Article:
“But I’m Trying!”

Mormon Apostle Dallin Oaks taught: “The requirement for entry into the celestial kingdom is not that we have actually practiced the entire celestial law while upon this earth, but that we have shown God that we are willing and able to do so” (Pure in Heart, pp. 62-63). However, such a comment, while it may appease those who are struggling to abide a celestial law, blatantly contradicts other statements made by past LDS leaders. For instance, LDS Apostle Orson Whitney made it clear that a Mormon’s chances for reaching the celestial were good only if he was “keeping” the commandments, not merely willing to keep them. He said, “If today, you are keeping those commandments that are now in force, you are living a celestial law, and your chances are good for celestial glory” (Conference Reports, Oct. 1910, pg. 53). Notice he stressed that this must be done “today,” not after one dies.

Tenth LDS President Joseph Fielding Smith said compliance with the law, not willingness, was necessary to obtain Godhood. “This mortal probation was to be a brief period, just a short span linking the eternity past with the eternity future. Yet it was to be a period of tremendous importance. It would either give to those who received it the blessing of eternal life, which is the greatest gift of God, and thus qualify them for godhood as sons and daughters of our Eternal Father, or, if they rebelled and refused to comply with the laws and ordinances which were provided for their salvation, it would deny them the great gift and they would be assigned, after the resurrection, to some inferior sphere according to their works. This life is the most vital period in our eternal existence (Doctrines of Salvation 1:69).

The Book of Mormon teaches, “For behold, this life is the time for men to prepare to meet God; yea, behold the day of this life is the day for men to perform their labors” (Alma 34:32).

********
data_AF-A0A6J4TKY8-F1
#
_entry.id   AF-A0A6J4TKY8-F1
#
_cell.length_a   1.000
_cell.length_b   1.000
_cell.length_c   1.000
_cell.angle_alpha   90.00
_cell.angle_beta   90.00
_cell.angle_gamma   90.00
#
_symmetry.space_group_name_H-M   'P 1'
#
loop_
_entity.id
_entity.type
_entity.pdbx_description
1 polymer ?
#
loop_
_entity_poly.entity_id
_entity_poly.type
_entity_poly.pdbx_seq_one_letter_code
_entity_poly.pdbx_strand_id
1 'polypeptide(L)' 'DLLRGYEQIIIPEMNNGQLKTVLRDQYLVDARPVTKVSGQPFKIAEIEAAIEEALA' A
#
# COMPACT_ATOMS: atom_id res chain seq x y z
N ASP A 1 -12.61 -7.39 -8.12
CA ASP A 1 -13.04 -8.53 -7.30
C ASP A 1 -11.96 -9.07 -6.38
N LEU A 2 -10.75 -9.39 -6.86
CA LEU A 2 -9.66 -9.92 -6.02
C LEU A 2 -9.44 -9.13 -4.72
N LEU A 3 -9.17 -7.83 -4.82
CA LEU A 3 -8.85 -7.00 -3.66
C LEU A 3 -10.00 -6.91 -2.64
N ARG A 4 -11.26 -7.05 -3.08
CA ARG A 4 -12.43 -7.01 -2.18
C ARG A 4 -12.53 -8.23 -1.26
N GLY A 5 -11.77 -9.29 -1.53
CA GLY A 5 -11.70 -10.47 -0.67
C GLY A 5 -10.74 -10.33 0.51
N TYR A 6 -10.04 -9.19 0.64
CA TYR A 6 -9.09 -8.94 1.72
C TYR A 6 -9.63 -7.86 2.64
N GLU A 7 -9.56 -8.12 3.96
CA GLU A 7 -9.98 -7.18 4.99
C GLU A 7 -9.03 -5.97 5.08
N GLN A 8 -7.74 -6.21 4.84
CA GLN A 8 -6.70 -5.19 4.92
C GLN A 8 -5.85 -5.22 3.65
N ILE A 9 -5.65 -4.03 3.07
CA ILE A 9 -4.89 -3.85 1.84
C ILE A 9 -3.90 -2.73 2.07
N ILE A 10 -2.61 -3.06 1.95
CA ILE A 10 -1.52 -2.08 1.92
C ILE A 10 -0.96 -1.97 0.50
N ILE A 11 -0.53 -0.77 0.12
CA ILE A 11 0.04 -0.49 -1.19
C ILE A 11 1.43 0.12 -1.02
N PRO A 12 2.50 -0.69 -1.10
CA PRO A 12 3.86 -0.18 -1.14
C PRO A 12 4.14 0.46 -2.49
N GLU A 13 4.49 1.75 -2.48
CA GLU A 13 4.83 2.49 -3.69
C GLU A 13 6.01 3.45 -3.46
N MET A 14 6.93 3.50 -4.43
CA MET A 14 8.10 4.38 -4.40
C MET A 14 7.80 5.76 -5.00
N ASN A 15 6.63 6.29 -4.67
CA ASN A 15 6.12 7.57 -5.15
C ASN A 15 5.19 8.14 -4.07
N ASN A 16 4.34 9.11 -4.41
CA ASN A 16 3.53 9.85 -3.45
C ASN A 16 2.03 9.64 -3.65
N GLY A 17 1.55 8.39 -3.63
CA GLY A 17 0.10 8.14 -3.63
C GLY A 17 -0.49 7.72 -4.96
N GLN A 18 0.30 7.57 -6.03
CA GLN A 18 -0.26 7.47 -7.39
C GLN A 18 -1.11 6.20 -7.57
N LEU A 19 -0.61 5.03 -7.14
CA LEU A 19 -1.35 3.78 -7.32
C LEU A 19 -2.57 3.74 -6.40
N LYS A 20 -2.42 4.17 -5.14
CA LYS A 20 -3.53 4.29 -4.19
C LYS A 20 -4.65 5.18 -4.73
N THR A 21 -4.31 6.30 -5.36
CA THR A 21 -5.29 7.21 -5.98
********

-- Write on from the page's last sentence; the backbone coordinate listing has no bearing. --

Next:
Commenting on this passage, Joseph Fielding Smith wrote, “These people to whom Amulek was speaking had heard the truth and were not altogether ignorant of the plan of salvation, because they had gone out of the Church by apostasy. So he declared unto them that this is the day for them to repent and turn unto God or they would be lost” (Doctrines of Salvation 2:181). Are modern Latter-day Saints any more ignorant than the people addressed by Amulek? One would think they would be far more advanced than the Nephites and Lamanites described in the Book of Mormon and therefore just as accountable.

While many Latter-day Saints know they should consistently do what is right, the ability to do so is not as easy. Still, LDS leaders have stressed the accomplishment of obeying celestial law, not merely a willingness to obey. According to Spencer Kimball, a mere willingness to try to overcome sinful tendencies is not enough. He asserted, “Trying is not sufficient. Nor is repentance complete when one merely tries to abandon sin.” He went on to say, “To ‘try’ is weak. To ‘do the best I can’ is not strong. We must always do better than we can” (Miracle, pp.164-165). Indeed, some Mormons have said, “I do my best and Jesus does the rest.” That might be a catchy saying, but the fact is, if a Mormon is actually obeying celestial law, there is nothing left for Jesus to do.